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26
OrderPreserving Symmetric Encryption
"... We initiate the cryptographic study of orderpreserving symmetric encryption (OPE), a primitive suggested in the database community by Agrawal et al. (SIGMOD ’04) for allowing efficient range queries on encrypted data. Interestingly, we first show that a straightforward relaxation of standard securi ..."
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We initiate the cryptographic study of orderpreserving symmetric encryption (OPE), a primitive suggested in the database community by Agrawal et al. (SIGMOD ’04) for allowing efficient range queries on encrypted data. Interestingly, we first show that a straightforward relaxation of standard security notions for encryption such as indistinguishability against chosenplaintext attack (INDCPA) is unachievable by a practical OPE scheme. Instead, we propose a security notion in the spirit of pseudorandom functions (PRFs) and related primitives asking that an OPE scheme look “asrandomaspossible ” subject to the orderpreserving constraint. We then design an efficient OPE scheme and prove its security under our notion based on pseudorandomness of an underlying blockcipher. Our construction is based on a natural relation we uncover between a random orderpreserving function and the hypergeometric probability distribution. In particular, it makes blackbox use of an efficient sampling algorithm for the latter. 1
A Rejection Technique for sampling from TConcave Distributions
 ACM Transactions on Mathematical Software
, 1994
"... : A rejection algorithm  called transformed density rejection  that uses a new method for constructing simple hat functions for an unimodal, bounded density f is introduced. It is based on the idea to transform f with a suitable transformation T such that T (f(x)) is concave. f is then called T ..."
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: A rejection algorithm  called transformed density rejection  that uses a new method for constructing simple hat functions for an unimodal, bounded density f is introduced. It is based on the idea to transform f with a suitable transformation T such that T (f(x)) is concave. f is then called T concave and tangents of T (f(x)) in the mode and in a point on the left and right side are used to construct a hat function with tablemountain shape. It is possible to give conditions for the optimal choice of these points of contact. With T = \Gamma1= p x the method can be used to construct a universal algorithm that is applicable to a large class of unimodal distributions including the normal, beta, gamma and tdistribution. AMS Subject Classification: 65C10, 68C25. CR Categories and Subject Descriptors: G.3 [Probability and Statistics]: Random number generation General Terms: Algorithms Additional Key Words and Phrases: Rejection method, logconcave distributions, universal method 1....
A Universal Generator for Discrete LogConcave Distributions
 Computing
, 1994
"... : We give an algorithm that can be used to sample from any discrete logconcave distribution (e.g. the binomial and hypergeometric distributions). It is based on rejection from a discrete dominating distribution that consists of parts of the geometric distribution. The algorithm is uniformly fast fo ..."
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Cited by 9 (3 self)
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: We give an algorithm that can be used to sample from any discrete logconcave distribution (e.g. the binomial and hypergeometric distributions). It is based on rejection from a discrete dominating distribution that consists of parts of the geometric distribution. The algorithm is uniformly fast for all discrete logconcave distributions and not much slower than algorithms designed for a single distribution. AMS Subject Classification: 65C10, 68C25. Key Words: Random number generation, logconcave distributions, rejection method, simulation. 1. Introduction A discrete distribution on the integers is called logconcave if the probabilities p k satisfy p 2 k p k\Gamma1 p k+1 for all k. Most of the classical discrete distributions like the binomial, Poisson, negative binomial and hypergeometric distributions are of this type (the only non logconcave distribution that has a chapter of its own in [9] is the logarithmic series distribution). Among the less often used logconcave di...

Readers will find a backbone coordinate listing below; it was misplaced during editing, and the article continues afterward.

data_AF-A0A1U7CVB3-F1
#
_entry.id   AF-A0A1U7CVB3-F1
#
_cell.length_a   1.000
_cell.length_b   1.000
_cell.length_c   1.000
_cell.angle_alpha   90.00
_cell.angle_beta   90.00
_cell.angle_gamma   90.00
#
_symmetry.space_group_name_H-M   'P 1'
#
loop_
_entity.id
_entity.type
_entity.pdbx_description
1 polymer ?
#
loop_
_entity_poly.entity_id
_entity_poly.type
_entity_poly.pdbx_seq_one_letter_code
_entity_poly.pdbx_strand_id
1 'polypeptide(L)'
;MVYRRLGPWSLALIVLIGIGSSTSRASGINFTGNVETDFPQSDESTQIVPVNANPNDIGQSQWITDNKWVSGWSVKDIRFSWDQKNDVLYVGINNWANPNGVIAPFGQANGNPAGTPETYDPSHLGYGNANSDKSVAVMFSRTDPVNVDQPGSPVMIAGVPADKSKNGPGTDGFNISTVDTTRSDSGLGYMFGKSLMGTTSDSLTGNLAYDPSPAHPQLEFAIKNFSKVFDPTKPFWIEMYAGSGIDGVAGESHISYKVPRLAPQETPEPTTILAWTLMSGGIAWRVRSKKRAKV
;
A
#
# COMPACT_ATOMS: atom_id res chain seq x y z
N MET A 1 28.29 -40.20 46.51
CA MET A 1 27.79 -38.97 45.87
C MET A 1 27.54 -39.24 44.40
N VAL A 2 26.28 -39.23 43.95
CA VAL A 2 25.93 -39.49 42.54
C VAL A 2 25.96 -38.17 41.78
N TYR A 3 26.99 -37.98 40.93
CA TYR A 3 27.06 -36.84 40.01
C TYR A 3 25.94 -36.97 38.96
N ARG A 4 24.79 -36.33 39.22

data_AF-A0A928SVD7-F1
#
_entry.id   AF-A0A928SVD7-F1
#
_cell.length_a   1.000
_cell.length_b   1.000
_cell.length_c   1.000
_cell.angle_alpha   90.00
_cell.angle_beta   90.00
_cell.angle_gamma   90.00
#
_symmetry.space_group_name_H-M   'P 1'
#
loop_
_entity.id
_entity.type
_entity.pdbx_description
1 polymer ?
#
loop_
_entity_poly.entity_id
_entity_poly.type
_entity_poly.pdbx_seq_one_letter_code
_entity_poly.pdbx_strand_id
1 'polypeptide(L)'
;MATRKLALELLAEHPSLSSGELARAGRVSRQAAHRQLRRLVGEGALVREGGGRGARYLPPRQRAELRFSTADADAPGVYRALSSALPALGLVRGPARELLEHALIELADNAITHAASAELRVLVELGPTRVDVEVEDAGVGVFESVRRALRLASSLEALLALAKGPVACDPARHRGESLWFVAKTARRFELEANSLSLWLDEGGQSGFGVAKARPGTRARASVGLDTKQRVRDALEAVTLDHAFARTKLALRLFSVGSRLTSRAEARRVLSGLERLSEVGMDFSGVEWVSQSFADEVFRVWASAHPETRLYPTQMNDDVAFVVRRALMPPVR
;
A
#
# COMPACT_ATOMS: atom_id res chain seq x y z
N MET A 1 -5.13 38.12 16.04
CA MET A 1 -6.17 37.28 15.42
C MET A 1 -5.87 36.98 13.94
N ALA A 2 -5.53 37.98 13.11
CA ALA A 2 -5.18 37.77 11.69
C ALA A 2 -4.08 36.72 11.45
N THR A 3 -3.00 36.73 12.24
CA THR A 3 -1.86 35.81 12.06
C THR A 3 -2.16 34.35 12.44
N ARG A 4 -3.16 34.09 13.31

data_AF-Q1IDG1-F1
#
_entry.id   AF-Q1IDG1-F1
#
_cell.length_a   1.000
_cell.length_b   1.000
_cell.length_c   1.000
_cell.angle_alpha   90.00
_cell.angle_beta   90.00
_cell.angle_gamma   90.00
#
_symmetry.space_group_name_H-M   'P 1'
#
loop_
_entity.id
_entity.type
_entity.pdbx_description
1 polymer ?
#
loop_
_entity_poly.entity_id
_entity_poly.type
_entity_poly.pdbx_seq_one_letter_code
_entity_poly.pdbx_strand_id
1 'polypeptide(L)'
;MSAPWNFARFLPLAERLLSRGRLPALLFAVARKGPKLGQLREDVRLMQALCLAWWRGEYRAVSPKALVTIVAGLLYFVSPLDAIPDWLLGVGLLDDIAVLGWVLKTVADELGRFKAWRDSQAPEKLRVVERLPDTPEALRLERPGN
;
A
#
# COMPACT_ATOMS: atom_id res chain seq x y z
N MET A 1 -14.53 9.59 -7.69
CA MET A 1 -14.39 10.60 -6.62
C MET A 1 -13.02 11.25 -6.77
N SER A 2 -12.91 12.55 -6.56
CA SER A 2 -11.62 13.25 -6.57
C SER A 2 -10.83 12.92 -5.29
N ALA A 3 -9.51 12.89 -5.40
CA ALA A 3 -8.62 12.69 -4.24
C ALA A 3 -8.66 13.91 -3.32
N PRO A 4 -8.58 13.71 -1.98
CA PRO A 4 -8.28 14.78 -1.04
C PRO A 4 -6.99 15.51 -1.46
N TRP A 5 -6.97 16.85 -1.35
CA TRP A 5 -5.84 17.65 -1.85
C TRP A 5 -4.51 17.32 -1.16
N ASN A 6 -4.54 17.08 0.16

Monte Carlo Algorithms for HardyWeinberg Proportions
 Duke University
, 2003
"... this paper. Slow and fast direct generation of random variates Given that we derived in (2) from the uniform permutation on 2N alleles, we can generate a random variate directly from by rst generating a random permutation of the 2N alleles and then just counting the frequencies f ij directly. We ..."
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Cited by 6 (2 self)
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this paper. Slow and fast direct generation of random variates Given that we derived in (2) from the uniform permutation on 2N alleles, we can generate a random variate directly from by rst generating a random permutation of the 2N alleles and then just counting the frequencies f ij directly. We will refer to this as the naive Monte Carlo method for this problem. At rst glance this appears to be an eective method, but closer examination reveals that it is actually an exponential algorithm. Generation of the permutation of 2N elements requires 2N space and 2N draws of random uniforms. We are only interested in m choose 2 or (m ) dierent frequencies, but N might be exponentially large in the size of the problem instance. Hence directly forming the permutation is actually an exponential algorithm for the problem
Sampling From Discrete And Continuous Distributions With CRand
 In Simulation and
, 1992
"... CRAND is a system of TurboC routines and functions intended for use on microcomputers. It contains uptodate random number generators for more than thirty univariate distributions. For some important distributions the user has the choice between extremely fast but rather complicated method ..."